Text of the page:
Despite what you may think, especially after what I've already told you, my friends and I were pretty responsible and knew there were precautions we needed to take to protect ourselves from, well, ourselves. Therefore, we always appointed a designated driver or two. Most times, our system involved a sort of "shuttle service." We attended a very small local college, and all of us still lived at home with our parents. At the end of the night, the designated drivers would load up their cars with "fallen soldiers," take them home, and in most cases help them get to their bedrooms undetected.
Not everyone's father has a "no questions asked" policy.
Anyway, on one particular evening at DeNunzio's, our activities wrapped up around one in the morning. The designated drivers made their rounds, and before long everyone was home safe and sound.
Except of course for Paco who, since he was passed out in a hammock in the back yard, had gone undetected until DeNunzio literally stumbled into him while picking up the empty Budweiser bottles strewn all over the lawn.
"Dude, what are you still doing here?" he asked.
"Everyone left an hour ago, how are you gonna get home now?"
"Dunno. I prob'ly shouldn't drive, though, huh?" I said.
"Uh, no. And I can't take you home either, 'cause I'm still buzzed. Better call someone, dude."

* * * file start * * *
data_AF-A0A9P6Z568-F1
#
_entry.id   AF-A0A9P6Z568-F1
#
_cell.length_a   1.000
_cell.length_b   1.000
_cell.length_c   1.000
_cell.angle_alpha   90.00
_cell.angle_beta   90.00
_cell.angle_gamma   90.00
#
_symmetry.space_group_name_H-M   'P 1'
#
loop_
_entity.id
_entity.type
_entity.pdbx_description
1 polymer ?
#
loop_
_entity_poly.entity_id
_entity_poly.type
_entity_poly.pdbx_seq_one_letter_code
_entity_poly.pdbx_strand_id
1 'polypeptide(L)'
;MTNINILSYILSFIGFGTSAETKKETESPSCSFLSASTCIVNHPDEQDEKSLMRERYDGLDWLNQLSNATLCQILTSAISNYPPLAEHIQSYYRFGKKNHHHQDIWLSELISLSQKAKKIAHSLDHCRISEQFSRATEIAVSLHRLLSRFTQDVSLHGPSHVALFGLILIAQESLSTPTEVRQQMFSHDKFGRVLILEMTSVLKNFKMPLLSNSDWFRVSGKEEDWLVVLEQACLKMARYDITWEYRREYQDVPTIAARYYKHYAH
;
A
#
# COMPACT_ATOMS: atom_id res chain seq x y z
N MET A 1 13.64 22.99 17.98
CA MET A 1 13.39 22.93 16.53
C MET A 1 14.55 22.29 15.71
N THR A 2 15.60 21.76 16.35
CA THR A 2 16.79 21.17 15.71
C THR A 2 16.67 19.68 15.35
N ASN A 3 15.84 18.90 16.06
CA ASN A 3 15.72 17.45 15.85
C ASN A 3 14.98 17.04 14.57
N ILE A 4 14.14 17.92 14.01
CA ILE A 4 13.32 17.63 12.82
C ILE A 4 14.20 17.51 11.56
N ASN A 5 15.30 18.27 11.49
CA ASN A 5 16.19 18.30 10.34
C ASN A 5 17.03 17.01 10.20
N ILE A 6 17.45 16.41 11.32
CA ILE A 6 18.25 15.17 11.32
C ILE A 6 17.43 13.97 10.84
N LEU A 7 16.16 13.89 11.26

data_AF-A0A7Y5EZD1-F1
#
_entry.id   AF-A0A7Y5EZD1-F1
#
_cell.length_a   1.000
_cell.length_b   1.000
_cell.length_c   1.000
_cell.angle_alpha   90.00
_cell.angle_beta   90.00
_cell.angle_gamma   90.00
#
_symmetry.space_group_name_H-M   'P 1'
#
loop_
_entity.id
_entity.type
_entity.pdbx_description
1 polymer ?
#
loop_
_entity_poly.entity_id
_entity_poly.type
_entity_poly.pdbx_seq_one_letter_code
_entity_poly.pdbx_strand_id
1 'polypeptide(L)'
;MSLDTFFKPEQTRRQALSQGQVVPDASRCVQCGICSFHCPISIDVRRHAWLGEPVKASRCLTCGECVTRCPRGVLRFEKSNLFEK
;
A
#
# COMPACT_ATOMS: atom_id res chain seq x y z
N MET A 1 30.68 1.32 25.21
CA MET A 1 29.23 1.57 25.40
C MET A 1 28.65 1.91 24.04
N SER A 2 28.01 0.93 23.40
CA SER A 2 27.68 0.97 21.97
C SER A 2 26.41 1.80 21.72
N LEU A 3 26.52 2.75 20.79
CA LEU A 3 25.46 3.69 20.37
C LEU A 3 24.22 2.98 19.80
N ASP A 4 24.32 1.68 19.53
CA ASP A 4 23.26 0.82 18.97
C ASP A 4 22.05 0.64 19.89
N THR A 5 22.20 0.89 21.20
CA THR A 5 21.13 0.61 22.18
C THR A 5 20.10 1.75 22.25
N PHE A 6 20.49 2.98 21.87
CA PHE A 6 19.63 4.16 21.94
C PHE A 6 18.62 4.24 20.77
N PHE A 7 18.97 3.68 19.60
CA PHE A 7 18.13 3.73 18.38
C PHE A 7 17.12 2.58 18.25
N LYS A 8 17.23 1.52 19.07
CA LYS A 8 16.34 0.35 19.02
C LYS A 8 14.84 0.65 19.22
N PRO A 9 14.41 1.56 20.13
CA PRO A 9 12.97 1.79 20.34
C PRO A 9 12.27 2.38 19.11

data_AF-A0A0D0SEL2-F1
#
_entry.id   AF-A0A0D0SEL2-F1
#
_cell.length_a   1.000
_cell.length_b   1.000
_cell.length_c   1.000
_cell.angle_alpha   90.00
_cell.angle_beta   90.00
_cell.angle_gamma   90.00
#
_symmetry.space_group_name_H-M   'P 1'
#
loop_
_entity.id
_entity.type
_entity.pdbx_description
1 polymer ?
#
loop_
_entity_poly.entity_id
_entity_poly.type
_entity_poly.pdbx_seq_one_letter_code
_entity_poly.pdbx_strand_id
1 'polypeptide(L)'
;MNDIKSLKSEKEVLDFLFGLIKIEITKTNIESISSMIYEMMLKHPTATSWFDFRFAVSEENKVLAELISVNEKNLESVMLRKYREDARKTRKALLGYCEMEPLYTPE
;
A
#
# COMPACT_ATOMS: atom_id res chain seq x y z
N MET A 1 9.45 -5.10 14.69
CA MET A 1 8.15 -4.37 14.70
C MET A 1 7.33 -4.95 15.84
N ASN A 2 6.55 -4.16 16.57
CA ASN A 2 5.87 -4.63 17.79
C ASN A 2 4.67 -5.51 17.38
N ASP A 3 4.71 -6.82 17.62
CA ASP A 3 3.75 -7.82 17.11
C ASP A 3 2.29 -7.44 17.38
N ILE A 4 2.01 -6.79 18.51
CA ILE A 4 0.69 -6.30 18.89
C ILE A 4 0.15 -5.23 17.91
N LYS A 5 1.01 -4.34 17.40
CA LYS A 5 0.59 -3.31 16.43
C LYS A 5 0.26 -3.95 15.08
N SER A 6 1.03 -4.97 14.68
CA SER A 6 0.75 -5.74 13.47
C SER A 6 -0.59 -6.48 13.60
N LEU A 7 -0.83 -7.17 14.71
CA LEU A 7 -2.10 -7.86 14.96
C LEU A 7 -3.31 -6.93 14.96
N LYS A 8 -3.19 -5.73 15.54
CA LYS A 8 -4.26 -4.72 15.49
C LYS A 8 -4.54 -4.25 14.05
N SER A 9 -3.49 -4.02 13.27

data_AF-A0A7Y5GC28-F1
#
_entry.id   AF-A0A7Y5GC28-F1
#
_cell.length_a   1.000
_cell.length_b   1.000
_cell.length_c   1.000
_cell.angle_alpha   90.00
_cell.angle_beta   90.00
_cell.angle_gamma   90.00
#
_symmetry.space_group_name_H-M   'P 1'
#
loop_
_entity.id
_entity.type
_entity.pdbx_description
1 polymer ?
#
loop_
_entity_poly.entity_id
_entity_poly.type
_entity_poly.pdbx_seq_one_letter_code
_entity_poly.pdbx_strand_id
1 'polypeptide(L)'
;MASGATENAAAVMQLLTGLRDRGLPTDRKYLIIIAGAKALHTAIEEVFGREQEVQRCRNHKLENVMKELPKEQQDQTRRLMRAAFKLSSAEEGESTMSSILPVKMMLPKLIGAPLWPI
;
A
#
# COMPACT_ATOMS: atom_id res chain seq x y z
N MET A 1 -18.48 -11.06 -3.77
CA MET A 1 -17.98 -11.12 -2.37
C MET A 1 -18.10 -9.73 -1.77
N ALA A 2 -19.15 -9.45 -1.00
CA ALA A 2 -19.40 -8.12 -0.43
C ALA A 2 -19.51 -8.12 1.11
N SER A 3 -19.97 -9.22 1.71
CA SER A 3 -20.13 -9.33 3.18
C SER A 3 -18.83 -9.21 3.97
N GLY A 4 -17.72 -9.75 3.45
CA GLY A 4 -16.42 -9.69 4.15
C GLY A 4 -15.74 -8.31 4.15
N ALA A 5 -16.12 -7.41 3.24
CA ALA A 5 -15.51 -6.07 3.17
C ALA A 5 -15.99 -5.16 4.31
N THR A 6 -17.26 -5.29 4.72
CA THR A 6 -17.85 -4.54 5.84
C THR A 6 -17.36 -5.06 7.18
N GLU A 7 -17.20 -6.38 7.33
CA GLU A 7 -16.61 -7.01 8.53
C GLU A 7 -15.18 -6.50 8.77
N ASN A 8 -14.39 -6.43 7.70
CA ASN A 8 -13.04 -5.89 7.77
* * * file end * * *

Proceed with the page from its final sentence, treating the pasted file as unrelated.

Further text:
Time to take Dad up on his offer. At two o'clock in the morning. After three attempts and three extremely pissed off wrong-number recipients, I successfully dialed my home phone number. Dad answered on the third ring.
"Hi Pop. 'Member how you said if I was ever drunk and needed a ride you'd come an' ge' me? Well, uh, I think I need that now."
"Sure, where are you?"
"What's the address?"
Dad chuckled softly, and said, "Well, I'm going to need you to get it. It'll make it easier for me to find you."
"Oh, right. Hang on." I got the address from DeNunzio and gave it to my father. He arrived twenty minutes later, poured me into the passenger seat of his car, and took me home. As promised, there was no lecture about the dangers of drinking, no threats of confiscating my car keys, nothing but comfortable silence until we had a brief emergency about a mile from our house.
"Dad, I think I need you to pull over."
Knowing what was coming, he skidded to a stop on the side of the road. I opened the door and leaned out.
I wiped my mouth on the sleeve of my Police t-shirt (Synchronicity tour, 1982), sat up, and fastened my seat belt. We got home a minute or two later, and that was the end of it.
At 6:30 the next morning, I was awakened by a loud knock on my door. In fact, "loud" doesn't really capture it. Given my extremely hungover condition, it sounded like a SWAT team was taking down my bedroom wall with a battering ram.
"Chris, come on! Time to get up! Let's go get your car!" My dad said no lectures, no grounding. This was neither.
A loophole, apparently.
"Go 'way!" I growled from my bed.
"Let's go, don't have all day!" BANG BANG BANG BANG BANG, the knocking continued. I swear I heard giggling.
"Okay, okay!" I said, gathering my faculties to the limited extent possible. "Gimme a minute!"
We drove back to DeNunzio's and got my car.
Dad has always had the knack for handling things in just the right way, and because he gave me a certain amount of freedom as a teenager -- with a safety net -- I was able to learn from my mistakes without getting in any real trouble or putting myself in danger.
Thanks, Pop, I appreciate it.
But watch your back. One of these days, I might come pounding on your door at six in the morning.
On a Sunday.